There is the grave of an old Cherokee Chief - Chief John Rinehart and his family buried on the south side of the road just inside the Chariton Cemetery.  He died on January 2, 1881.





Lucas County holds the state record for the largest Flathead Catfish caught weighting in at 81 pounds and measuring 52 inches in length.  Caught at Lake Ellis in June 1958 by Joe Baze.

Rainwater falling on the east side of the Lucas County Courthouse in Chariton eventually flows into the Mississippi River, while the rainwater falling on the west side of the Courthouse flows into the Missouri River.

The first light bulb in the State of Iowa was turned on in Lucas; Thomas Edison had invented it the year before.  It had been exhibited at the Philadelphia Exposition and bought by the mine officials for Whitebreast No. 1.  The mine was located east of Lucas in the town of Cleveland.

The clock in the Lucas County Courthouse was obtained from the Columbian Worlds Fair in Chicago.  S.H. Mallory of Chariton purchased the clock and donated it to the new courthouse for its dedication in 1894.  The clock had been in the agricultural building at the World's Fair in 1893.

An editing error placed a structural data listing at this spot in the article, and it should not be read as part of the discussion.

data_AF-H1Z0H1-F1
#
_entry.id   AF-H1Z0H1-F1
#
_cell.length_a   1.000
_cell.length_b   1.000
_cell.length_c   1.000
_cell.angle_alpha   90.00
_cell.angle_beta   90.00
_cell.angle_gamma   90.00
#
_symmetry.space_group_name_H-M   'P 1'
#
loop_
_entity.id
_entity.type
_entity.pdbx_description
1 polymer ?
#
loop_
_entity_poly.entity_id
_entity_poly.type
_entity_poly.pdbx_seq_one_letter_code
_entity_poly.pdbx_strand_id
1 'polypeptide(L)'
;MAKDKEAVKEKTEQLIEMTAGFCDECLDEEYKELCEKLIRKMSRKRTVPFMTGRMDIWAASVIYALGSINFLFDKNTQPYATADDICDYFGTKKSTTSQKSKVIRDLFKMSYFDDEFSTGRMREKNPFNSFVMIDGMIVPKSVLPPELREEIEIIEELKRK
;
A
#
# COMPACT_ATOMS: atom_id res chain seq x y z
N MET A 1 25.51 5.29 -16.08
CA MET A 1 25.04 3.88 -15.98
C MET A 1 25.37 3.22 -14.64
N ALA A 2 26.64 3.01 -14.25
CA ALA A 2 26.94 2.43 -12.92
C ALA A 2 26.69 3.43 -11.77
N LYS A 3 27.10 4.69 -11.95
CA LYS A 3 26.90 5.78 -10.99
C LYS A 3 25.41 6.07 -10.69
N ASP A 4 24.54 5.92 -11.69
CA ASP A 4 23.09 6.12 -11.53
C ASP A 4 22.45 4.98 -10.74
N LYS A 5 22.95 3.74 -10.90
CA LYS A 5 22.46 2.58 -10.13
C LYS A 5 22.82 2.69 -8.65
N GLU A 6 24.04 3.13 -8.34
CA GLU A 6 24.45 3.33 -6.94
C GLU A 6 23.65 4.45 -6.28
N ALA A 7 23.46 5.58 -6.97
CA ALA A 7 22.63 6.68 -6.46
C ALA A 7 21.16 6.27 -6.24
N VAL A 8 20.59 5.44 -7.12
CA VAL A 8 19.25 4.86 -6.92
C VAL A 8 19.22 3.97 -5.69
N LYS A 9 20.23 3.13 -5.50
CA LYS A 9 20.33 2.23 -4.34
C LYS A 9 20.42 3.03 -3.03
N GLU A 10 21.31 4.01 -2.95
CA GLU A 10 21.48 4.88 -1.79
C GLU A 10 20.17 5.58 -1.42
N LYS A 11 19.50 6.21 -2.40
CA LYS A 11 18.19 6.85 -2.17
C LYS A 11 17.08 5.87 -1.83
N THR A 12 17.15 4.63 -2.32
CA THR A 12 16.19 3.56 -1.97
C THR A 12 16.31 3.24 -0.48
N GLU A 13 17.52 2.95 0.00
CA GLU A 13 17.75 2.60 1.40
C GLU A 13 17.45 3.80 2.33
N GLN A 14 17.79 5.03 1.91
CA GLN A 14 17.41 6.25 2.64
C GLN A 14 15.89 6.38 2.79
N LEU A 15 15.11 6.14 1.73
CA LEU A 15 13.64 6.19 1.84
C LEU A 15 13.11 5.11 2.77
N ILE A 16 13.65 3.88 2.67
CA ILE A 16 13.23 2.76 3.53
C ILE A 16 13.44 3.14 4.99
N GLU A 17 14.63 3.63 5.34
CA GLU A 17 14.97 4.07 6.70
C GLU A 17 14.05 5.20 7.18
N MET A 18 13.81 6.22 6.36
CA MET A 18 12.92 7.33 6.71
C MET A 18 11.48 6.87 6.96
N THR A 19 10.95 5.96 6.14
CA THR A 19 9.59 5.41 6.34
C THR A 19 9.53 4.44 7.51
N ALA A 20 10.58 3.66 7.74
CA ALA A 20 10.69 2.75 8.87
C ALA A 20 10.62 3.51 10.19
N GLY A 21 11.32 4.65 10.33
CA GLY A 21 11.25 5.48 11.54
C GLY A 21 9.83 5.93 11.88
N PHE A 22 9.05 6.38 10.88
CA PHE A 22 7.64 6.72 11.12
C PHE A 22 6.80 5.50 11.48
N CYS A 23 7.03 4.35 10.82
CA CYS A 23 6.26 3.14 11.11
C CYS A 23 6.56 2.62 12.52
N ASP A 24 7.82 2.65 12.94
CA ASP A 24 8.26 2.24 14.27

In 1881, there were 96 school houses in Lucas County, costing nearly $70,000.

John L. Lewis, Lucas County's native son, worked in the "Big Hill" mine at the west edge of Lucas. 



There were five coal mines operating in Lucas County in 1923.  The pay roll ranged from $60,000 to $80,000 in gold for a two week period.

Buffalo Bill came to Chariton with his wild west circus.  He had an Indian with him who was known to be a troublemaker.  Bill warned him not to get into trouble here or Bill would shoot him.  He did and HE DID!



 Business/Professional Division



Darcy Fitzgerald, President
Laura Farrell, Vice-President
Gary Pepping, Secretary/Treasurer

  Meetings are held at 7:00 A.M. on the second Thursday of each month in the Chamber Office.  All Chamber business members, both retail and professional representatives, are invited to attend.
Sponsorship of Norman Moon Memorial LIghted Float Parade held during Holiday Open House on the Friday after Thanksgiving each year.  The winner's name is placed on a plaque in the Chamber office.

Sponsors the annual Haunted Forest at Red Haw State Park.  This event grows each year due to a very dedicated and energetic Haunted Forest Committee.

Coordinates and sponsors the January and July Crazy Days.  The July event features free hot dogs and watermelons.

Promotes the beautification of Lucas County through the annual sale of Red Bud Trees in mid-April each year.